Our Population Health and Medical Sciences Course is one of our Pathways to Medicine. The course examines the determinants of human health from Particle, to Person to Population exploring the variety of factors which impact the health and well being of a population.
What is Population Health and Medical Sciences?
Population Health refers to the determinants and health outcomes of individuals, groups and populations. It is concerned with the factors that shape our health, including healthcare systems, genetics, biology, plus lifestyle and individual behaviours as well as environmental influences. By considering these factors, Population Health experts can innovate healthcare systems and find ways to help people live longer and healthier lives.
Kindig & Stoddartd (2003) defined Population Health as “the health outcomes of a group of individuals, including the distribution of such outcomes within the group.”
But isn’t that that public health?
No, there is a difference. Public Health focuses on activities that ensures conditions in which people can be healthy in a particular society, and while population health encompasses public health, it is more than just public health; Population Health also focuses on why some populations are healthier than others.
If you’ve ever thought a career in medicine was the only way to make a difference to people’s health, think again. The ever-widening field of Population Health is an exciting career choice, and one that’s at the centre of a healthcare revolution.
It’s no secret that healthcare systems in the UK and across the world are facing growing pressure. Chronic diseases, age-related conditions and mental ill-health are on the rise, and reports of NHS crises seem to be in the news every day.
While medical advances are helping many people live longer, the quality of care a person receives across their lifetime depends greatly on where they were born, live and work.
It’s this inequity that experts in Population Health aim to address, by understanding the health needs of groups of people and transforming traditional healthcare models to meet those needs. That’s why if you’ve ever wanted a career that improves people’s health and wellbeing, makes a difference in your community, or simply changes the world – then the BSc Population Health and Medical Sciences might be for you.
Health advocacy organisations like The King’s Fund are calling for urgent transformation in healthcare systems to address gaps in healthcare. And the 2016 World Innovation Summit for Health (WISH) published a report warning that, unless healthcare policies change, ‘these gaps will simply grow – and healthcare services will struggle to cope under the pressure’.
That’s where Population Health comes in. It challenges health systems, such as the NHS, to move away from a reactive approach where a person interacts with their GP only when they are unwell. Instead, a Population Health approach might look at all the factors impacting a person’s health and wellbeing, then employ a system which shares patient needs across relevant services. Monitoring and communication are key, as well as input from the patient.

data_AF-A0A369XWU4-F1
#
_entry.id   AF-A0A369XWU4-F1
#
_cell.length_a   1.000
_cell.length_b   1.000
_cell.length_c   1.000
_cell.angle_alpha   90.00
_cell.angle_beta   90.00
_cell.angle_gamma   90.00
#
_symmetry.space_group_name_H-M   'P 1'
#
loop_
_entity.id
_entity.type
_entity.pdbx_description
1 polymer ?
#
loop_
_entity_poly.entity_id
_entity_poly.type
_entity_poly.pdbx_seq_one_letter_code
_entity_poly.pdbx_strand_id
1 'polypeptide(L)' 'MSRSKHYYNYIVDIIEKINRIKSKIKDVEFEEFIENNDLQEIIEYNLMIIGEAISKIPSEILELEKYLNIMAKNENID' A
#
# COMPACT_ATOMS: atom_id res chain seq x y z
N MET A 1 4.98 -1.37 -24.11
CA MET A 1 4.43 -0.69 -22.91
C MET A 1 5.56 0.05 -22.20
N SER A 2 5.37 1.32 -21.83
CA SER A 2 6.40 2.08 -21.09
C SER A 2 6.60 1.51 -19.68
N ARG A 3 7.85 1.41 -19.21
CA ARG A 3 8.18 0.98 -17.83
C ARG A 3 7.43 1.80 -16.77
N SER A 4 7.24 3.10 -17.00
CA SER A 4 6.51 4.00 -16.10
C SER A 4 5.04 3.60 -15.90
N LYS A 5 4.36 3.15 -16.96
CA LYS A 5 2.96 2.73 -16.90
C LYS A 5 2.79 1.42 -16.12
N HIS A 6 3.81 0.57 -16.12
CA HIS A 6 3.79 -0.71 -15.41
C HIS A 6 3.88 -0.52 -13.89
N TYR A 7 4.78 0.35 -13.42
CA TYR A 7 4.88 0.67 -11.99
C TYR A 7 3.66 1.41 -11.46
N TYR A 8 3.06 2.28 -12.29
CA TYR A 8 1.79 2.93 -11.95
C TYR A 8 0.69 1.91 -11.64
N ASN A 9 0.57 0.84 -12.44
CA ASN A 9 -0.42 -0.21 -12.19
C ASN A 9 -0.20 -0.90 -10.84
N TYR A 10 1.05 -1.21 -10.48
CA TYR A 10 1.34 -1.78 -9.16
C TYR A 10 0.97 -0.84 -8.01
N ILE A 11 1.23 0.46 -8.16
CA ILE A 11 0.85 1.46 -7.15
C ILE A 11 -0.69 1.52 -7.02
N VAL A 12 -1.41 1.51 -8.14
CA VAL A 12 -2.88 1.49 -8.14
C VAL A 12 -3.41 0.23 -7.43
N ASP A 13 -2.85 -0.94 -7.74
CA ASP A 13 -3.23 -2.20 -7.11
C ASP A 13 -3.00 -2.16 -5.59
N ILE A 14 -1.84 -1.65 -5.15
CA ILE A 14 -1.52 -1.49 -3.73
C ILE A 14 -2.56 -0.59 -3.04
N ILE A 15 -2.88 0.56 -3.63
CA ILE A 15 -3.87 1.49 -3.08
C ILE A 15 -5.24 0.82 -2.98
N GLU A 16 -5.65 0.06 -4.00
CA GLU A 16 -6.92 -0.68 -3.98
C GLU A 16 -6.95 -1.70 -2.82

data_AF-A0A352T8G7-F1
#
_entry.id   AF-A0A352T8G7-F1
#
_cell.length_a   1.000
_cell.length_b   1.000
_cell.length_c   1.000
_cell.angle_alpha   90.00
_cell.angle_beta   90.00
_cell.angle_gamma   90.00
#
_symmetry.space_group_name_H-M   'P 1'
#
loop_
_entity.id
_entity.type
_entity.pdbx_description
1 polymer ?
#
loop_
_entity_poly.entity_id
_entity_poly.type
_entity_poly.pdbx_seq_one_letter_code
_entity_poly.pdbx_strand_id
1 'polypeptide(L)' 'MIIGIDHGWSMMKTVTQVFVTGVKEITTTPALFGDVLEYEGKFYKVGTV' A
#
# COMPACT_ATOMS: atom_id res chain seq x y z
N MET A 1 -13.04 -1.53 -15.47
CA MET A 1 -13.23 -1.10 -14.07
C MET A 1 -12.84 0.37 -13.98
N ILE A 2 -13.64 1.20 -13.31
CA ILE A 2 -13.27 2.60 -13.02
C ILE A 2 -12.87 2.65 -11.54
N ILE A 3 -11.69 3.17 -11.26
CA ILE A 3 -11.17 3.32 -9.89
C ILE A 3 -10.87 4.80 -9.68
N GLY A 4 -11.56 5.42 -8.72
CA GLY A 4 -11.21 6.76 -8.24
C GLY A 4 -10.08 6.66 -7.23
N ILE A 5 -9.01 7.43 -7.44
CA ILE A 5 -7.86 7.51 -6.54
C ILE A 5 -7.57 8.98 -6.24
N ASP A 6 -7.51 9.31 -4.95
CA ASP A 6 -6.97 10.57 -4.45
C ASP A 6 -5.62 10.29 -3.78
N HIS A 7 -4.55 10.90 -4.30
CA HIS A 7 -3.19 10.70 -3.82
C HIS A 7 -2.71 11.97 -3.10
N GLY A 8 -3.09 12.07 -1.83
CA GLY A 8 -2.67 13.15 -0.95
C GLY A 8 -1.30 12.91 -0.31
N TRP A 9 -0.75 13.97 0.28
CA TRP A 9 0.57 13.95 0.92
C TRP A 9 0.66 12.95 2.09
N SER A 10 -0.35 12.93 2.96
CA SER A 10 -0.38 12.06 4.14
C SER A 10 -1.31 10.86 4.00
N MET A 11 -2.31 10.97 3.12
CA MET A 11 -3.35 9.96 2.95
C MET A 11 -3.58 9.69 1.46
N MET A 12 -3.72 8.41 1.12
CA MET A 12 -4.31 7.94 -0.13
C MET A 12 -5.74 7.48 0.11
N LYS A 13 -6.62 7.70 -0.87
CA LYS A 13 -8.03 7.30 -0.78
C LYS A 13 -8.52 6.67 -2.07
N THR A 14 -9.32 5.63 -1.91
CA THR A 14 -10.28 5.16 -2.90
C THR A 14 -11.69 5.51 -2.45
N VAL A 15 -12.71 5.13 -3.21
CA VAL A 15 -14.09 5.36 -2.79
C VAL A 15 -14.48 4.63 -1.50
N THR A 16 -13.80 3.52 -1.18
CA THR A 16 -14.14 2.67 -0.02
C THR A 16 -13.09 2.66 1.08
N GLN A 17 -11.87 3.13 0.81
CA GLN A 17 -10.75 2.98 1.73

Ultimately, population health aims to innovate healthcare models to:
- improve the health and wellbeing of local communities
- provide a better experience of care for patients
- reduce pressure on GPs and A&E services
- save money in the public health sector
What careers could be open to me when I graduate?
Through our three employability strands, Population Health and Medical Sciences will give you access to a range of exciting careers, from health informatics and health research to patient advocacy and care management. You could also follow our Pathway to Medicine.
Studying population health and medical sciences will provide you with an excellent grounding for professional practice and research careers in the Medical and Life Sciences and beyond.
- Clinical practice
- Patient advocacy
- Care management/coordination
- Health education
- Government policy
- Health informatics
- Telehealth and telemedicine
Population Health has been hailed as ‘the next big thing in healthcare’ because increasingly, healthcare models are shifting focus from ‘volume’ to ‘value’ with more emphasis is being placed on prevention and helping people look after their own health and wellbeing. That’s why there are exciting opportunities to pursue a wide variety of career pathways in this area. Medicine no longer sits separately to economic, demographic and social sciences. It’s where these disciplines meet that population health emerges. Studying Population Health can open your future to a wide range of career options in medicine and the life sciences. Leaders are needed to revolutionise health services, design new management strategies, and innovate care models to centre on the needs of the individual and communities.
What if I want to become a Medical Doctor?
Pathways to Medicine
Pathways to Medicine makes a great 5th choice for your UCAS Application giving you the opportunity to secure a guaranteed interview for our Medicine Programme by the time you graduate.
What is it like studying Population Health and Medical Sciences?
During your studies you will focus on one of three Employability Strands: Medical Science Research, Medical Science Enterprise and Innovation, and Medical Science in Practice (our Pathway to Medicine). By tailoring your studies, you can work towards the career you want and make your final year research project really count.
Explore Your Course Options ...
Find out more information about each of our courses. On each course page you will find information on modules, entry requirements, teaching staff, tuition fees and how our Pathways to Medicine work.